What are my weakest qualities? Honestly, I have trouble knowing when it is time to move on in a subject. I sometimes get wrapped up in wanting every student understand how a particular problem is done that I forget to move on and try a different problem for their sake and for that of their classmates'. I am working on improving this about myself by having long-term lesson plans in place so that I know where I want to ultimately guide my students and by when. I also build into my lessons extra time and anticipated student responses and misconceptions.

4. Find ways to talk about things you've tried in the classroom, whether or not these things went well.
I'm talking lessons, classroom management tactics, contacting parents, projects... They know that there is no such thing as a teacher who nails every lesson every time, so don't worry if your student teaching experience is laden with rookie mistakes. Share those mistakes. Tell them what you learned from it. Show them that you are a teacher who is willing to try new activities and lessons and that you are developing strategies to get better and better at introducing new learning structures.

5. In group discussions ("fishbowl" activities), it's not what you say, it's how you say it.
Honestly, if they really wanted to what you have to say about a particular topic, they'd save it for the individual interview. In case you haven't caught on, teaching has taken a turn toward collaboration, so show 'em that you are a team player. Listen to what others have to say. Use others' names (all interviewees typically have name tags). Do not shoot down others' ideas, instead, add on to their ideas. Ask clarifying questions. Synthesize what's been said in the group.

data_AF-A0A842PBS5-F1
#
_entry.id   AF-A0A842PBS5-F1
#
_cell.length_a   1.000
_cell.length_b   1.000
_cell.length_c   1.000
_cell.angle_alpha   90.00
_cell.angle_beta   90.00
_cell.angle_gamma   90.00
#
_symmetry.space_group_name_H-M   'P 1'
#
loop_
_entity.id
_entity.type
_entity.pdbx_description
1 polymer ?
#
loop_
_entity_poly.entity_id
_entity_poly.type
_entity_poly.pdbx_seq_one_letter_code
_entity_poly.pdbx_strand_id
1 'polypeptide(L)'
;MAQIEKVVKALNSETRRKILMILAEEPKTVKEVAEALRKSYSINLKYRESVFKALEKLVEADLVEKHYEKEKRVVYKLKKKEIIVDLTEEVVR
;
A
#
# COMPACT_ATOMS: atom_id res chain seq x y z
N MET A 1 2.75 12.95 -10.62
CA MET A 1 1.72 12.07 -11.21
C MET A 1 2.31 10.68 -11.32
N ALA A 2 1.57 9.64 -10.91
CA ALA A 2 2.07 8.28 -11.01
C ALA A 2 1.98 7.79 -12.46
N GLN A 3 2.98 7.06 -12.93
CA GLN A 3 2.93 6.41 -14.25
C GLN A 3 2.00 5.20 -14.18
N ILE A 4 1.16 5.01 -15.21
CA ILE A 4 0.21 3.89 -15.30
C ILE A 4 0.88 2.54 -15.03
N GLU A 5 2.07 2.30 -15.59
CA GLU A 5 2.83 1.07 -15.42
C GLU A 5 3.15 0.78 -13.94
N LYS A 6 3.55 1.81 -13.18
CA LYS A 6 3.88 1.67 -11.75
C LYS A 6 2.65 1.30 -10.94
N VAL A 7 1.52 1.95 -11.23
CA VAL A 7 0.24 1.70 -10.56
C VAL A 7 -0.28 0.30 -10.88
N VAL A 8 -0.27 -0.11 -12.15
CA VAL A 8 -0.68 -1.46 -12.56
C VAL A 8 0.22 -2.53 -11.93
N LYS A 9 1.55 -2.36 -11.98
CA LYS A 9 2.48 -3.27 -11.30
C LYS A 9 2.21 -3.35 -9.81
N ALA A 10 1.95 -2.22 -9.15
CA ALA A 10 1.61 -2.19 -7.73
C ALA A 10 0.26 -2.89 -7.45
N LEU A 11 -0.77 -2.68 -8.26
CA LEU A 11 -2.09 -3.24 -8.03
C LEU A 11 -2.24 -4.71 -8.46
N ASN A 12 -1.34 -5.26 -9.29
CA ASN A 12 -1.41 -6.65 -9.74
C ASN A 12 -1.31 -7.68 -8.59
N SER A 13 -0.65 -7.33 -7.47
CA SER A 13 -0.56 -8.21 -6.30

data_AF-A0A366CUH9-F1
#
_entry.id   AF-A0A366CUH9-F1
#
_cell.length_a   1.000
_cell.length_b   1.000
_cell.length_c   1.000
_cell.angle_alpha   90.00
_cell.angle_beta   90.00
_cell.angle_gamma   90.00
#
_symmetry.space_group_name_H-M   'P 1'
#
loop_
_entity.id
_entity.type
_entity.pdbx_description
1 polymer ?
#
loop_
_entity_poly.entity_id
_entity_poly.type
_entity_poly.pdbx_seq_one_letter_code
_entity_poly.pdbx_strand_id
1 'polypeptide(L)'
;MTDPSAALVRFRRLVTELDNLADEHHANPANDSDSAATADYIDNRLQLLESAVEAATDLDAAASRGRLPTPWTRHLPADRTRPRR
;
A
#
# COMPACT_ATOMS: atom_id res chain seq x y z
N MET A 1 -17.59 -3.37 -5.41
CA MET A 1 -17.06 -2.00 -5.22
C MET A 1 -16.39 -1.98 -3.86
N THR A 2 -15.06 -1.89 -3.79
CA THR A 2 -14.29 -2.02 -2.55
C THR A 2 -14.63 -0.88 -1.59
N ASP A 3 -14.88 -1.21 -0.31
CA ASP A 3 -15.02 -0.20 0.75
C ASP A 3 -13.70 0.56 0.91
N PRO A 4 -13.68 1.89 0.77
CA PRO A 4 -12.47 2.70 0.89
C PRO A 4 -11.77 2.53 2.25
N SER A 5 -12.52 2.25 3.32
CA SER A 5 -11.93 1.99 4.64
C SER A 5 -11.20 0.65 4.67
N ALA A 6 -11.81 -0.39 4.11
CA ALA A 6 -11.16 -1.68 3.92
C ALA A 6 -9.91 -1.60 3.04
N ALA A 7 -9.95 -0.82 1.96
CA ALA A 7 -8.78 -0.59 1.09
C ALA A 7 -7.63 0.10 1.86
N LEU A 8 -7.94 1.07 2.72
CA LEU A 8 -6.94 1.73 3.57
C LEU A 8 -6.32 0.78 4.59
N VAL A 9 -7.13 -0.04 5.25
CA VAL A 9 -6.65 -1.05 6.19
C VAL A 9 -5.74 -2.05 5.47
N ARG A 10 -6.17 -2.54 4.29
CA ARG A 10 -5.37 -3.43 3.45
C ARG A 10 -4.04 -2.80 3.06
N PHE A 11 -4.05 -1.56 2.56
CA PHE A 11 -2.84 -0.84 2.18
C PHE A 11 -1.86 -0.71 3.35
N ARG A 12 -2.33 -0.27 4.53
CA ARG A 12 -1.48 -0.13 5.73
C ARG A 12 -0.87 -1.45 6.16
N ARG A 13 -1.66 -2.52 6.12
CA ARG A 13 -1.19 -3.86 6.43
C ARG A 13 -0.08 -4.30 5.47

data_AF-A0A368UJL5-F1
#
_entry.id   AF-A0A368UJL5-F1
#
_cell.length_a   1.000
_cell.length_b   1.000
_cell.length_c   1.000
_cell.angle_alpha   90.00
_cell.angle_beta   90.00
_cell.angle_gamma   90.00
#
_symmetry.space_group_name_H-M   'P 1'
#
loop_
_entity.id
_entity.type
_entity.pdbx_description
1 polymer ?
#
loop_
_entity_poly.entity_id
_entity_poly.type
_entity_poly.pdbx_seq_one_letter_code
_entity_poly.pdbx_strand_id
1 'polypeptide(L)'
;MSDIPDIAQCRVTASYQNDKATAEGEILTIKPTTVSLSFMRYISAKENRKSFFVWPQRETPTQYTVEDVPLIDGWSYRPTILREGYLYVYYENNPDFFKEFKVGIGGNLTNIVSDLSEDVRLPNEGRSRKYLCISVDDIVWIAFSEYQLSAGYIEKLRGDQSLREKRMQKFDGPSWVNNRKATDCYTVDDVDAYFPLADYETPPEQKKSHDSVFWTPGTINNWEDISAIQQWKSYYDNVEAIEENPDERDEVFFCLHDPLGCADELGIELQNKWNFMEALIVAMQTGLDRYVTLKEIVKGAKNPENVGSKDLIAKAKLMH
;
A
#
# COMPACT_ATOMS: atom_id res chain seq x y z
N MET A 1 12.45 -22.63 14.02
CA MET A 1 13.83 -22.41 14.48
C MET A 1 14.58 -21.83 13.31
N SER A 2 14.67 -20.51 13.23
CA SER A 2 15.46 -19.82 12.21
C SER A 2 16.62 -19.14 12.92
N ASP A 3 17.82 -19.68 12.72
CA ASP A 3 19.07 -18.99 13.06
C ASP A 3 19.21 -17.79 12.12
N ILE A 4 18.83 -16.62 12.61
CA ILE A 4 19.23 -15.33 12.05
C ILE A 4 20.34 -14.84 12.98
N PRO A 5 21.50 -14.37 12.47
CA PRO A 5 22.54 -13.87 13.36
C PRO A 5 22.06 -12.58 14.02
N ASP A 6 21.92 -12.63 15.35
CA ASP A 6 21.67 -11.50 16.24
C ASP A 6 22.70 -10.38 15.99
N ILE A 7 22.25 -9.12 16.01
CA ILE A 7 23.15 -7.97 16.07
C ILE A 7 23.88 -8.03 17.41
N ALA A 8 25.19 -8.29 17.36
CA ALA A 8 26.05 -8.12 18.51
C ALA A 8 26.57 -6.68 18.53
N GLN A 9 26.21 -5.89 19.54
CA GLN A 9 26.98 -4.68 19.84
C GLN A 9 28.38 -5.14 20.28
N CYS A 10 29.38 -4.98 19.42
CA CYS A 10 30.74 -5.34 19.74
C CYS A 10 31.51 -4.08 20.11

6. Being awesome includes knowing that you are awesome.
For real. Stand tall, smile, greet people and introduce yourself. "Act as if." Trust in yourself.

OK, so maybe these things work and maybe they don't. I figure, you're better off walking into an interview appearing confident in your abilities rather than appearing unsure of your answers or shaky in what you believe in. I would rather get turned down from a job for appearing (or being misunderstood as) over-confident than for appearing timid and wishy washy.